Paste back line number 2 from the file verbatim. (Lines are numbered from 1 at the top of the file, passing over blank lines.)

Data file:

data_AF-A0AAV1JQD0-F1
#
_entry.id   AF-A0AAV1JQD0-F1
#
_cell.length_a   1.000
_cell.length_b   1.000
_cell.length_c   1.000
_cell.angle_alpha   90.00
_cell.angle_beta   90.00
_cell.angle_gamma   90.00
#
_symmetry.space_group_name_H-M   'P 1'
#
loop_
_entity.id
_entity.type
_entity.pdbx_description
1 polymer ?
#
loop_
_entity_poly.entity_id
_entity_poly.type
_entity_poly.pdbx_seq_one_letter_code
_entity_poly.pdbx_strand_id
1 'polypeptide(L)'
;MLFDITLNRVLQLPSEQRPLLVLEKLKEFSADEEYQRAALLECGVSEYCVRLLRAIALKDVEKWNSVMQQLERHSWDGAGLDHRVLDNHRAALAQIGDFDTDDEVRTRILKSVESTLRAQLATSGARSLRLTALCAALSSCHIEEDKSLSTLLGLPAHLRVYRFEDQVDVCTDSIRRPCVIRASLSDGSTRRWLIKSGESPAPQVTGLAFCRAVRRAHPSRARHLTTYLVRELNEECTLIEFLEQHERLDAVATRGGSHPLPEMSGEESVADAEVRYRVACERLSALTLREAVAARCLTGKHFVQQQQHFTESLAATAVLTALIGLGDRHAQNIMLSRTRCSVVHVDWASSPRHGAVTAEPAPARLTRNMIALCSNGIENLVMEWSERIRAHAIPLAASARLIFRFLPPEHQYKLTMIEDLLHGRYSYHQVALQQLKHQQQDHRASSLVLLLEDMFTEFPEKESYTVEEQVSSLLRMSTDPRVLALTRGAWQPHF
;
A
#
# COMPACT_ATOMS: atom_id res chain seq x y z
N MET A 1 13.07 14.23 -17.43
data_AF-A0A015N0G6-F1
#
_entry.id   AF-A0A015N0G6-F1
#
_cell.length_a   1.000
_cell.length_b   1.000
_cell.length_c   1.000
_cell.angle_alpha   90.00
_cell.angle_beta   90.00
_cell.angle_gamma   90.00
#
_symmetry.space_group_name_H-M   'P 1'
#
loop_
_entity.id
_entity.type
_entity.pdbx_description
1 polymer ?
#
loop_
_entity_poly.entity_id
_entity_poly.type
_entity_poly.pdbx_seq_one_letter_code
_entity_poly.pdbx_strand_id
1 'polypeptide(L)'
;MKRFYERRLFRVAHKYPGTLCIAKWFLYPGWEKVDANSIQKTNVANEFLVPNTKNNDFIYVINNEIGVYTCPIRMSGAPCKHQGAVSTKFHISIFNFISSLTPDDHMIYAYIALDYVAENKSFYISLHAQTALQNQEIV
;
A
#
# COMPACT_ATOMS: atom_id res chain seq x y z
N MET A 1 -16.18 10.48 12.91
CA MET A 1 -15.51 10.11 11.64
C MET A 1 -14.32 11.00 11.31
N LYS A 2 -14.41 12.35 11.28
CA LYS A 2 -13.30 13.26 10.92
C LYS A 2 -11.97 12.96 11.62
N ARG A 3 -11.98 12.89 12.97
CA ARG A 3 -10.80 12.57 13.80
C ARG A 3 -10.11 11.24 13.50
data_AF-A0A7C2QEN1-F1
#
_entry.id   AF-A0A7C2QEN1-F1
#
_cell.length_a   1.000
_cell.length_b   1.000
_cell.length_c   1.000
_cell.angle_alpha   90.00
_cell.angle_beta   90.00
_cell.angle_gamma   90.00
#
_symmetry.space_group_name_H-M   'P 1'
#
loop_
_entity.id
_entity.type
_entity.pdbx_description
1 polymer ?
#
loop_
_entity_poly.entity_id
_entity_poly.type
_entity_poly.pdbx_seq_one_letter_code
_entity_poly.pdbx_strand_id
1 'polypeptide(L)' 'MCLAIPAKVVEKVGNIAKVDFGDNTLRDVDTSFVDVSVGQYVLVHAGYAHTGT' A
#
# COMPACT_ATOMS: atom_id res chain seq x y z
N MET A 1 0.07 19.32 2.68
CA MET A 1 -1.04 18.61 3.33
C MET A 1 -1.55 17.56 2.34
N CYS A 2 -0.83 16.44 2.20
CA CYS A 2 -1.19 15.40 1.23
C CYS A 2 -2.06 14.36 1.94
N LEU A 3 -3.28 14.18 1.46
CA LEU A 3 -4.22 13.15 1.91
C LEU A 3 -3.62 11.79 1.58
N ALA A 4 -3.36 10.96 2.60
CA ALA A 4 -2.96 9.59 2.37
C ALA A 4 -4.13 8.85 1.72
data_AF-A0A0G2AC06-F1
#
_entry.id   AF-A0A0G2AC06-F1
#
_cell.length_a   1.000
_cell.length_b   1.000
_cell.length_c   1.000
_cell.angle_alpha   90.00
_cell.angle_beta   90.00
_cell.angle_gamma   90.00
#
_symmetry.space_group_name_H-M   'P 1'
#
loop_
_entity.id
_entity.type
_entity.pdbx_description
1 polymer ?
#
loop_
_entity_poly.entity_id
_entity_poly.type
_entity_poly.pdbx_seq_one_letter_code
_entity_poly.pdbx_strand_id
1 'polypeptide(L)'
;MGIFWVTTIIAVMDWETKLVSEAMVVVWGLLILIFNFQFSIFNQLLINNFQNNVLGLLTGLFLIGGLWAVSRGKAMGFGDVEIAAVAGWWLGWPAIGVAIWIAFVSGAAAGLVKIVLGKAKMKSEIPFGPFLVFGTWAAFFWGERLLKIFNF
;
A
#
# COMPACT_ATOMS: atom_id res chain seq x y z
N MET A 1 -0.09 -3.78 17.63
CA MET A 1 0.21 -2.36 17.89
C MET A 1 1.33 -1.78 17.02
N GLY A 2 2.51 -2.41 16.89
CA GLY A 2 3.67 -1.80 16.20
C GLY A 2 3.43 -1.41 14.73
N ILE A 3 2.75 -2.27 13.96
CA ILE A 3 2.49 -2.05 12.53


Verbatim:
#